Why do all screenplays use Courier font?

The standard screenplay format dictates that you use Courier New font. It’s a blocky typewriter font that is sometimes difficult to read.

 

Django Unchained

 

Ever wonder why this font is industry standard?

Most sources say that it is a holdover from Hollywood’s golden age when scripts were typed on typewriters. Although Hollywood rarely eschews tradition, this isn’t the case.

Courier is a fixed-pitch font, meaning each character or space is exactly the same width. Since standard screenplay format is designed so that one page approximately equals one minute of screen time, consistent character spacing is important.

-screenwriting.io

This way when you finish a massive epic screenplay that spans 200 pages, you can estimate that your audience will have to stay in their seats for over 3 hours.

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Becoming a filmmaker on a budget

So, you have decided to be a filmmaker. You have watched enough movies, read enough about the process and you want to start making movies. However, there’s one problem: you don’t have enough money to spend on a top of the line camera or expensive software. Do you give up? No! You spend as little as possible to practice your passion. Here’s where to start:

First, you need some sort of screenwriting software. You don’t want to make a movie without having a plan after all! The good folks over at Celtx have a great program for $0. It’s fully functional and will format your screenplay appropriately.  I really can’t say anything bad about it. I also can’t stress how much you need to have a proper story before you film.

Next, you need a camera. If you’re just starting out, really any camera will do. Just make sure you can access the content easily. In other words, make sure you can connect your camera to your computer. Also remember that you do get what you pay for, and an extremely inexpensive camera may need upgrading after some practice.

While we are on the subject of cameras, make sure you get a tripod. Don’t try the handheld effect. Nobody liked it in Blair Witch, and nobody’s liked it since. Tripods will usually run you about $20-$30.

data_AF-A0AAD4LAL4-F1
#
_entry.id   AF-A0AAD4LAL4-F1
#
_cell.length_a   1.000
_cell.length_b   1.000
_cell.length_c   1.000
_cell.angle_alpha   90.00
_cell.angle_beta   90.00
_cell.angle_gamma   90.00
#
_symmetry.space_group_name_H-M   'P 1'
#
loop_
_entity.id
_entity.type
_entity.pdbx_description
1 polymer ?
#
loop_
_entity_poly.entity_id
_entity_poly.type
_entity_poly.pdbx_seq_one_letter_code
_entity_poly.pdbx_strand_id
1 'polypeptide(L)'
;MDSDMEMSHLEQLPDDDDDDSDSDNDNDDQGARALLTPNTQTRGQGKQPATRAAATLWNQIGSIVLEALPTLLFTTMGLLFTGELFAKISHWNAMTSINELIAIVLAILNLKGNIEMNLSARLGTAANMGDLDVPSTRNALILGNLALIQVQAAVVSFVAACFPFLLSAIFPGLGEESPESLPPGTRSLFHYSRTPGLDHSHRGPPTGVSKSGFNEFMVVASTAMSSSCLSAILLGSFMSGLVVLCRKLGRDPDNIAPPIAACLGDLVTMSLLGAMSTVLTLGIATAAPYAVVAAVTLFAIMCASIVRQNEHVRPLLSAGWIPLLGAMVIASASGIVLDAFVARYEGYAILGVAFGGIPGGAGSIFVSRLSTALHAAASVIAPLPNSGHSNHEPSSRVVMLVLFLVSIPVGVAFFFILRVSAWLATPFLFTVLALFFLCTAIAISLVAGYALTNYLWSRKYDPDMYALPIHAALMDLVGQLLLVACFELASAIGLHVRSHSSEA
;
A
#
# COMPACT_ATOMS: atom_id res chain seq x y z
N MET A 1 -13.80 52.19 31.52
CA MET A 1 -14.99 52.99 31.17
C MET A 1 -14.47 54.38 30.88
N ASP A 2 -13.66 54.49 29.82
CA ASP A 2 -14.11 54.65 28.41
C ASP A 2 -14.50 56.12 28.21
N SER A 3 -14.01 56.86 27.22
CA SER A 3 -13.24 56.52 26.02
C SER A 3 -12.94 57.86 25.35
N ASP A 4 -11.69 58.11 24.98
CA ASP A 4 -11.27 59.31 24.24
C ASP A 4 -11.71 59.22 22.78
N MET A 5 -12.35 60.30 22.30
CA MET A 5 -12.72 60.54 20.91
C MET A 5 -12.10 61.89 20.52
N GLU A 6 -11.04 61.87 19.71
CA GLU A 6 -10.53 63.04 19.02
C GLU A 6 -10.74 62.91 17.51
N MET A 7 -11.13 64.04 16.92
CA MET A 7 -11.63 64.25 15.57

(While you’re acquiring things for production, you might as well start assembling your grip kit.)

After that, now you’re ready for post-production. Time to edit together your first masterpiece. Fortunately, your computer may already come with some editing software. For Macs, you can use iMovie to edit your creations. For PCs, you may need to download Windows Movie Maker. If you bought a camera, you may have some software that came with it in the box. Once you cut your teeth on these, I recommend upgrading to Sony Vegas or Adobe Premiere Elements. NOTE: Check to make sure your computer is compatible with the software, or plan to add upgrading expenses to your budget.

Follow these guidelines and you have your first film production! Now get some actors and make a movie!

Film Tips #1

I’m starting something new here. Someone in a random forum I frequent was asking for tips for his short film. So, I instantly gave him a ten-point list and invited him for more discussion. Then it dawned on me. This is what I need to share with the world. So here’s installment one of Film Tips.

Tip #1

Story is key. If you go out to shoot, have a plan of what you want to shoot. Make sure your shots line up with the story. In fact, carefully craft the story over time and make sure it is a good story. Read it and objectively ask yourself, “Is this crap?” Make someone else read it and ask them the same question.

Above all, make your story concise. I have seen too many student films that take 15 minutes to tell a story that could be summed up in 3. The longer the story drags on, the more your audience will wander.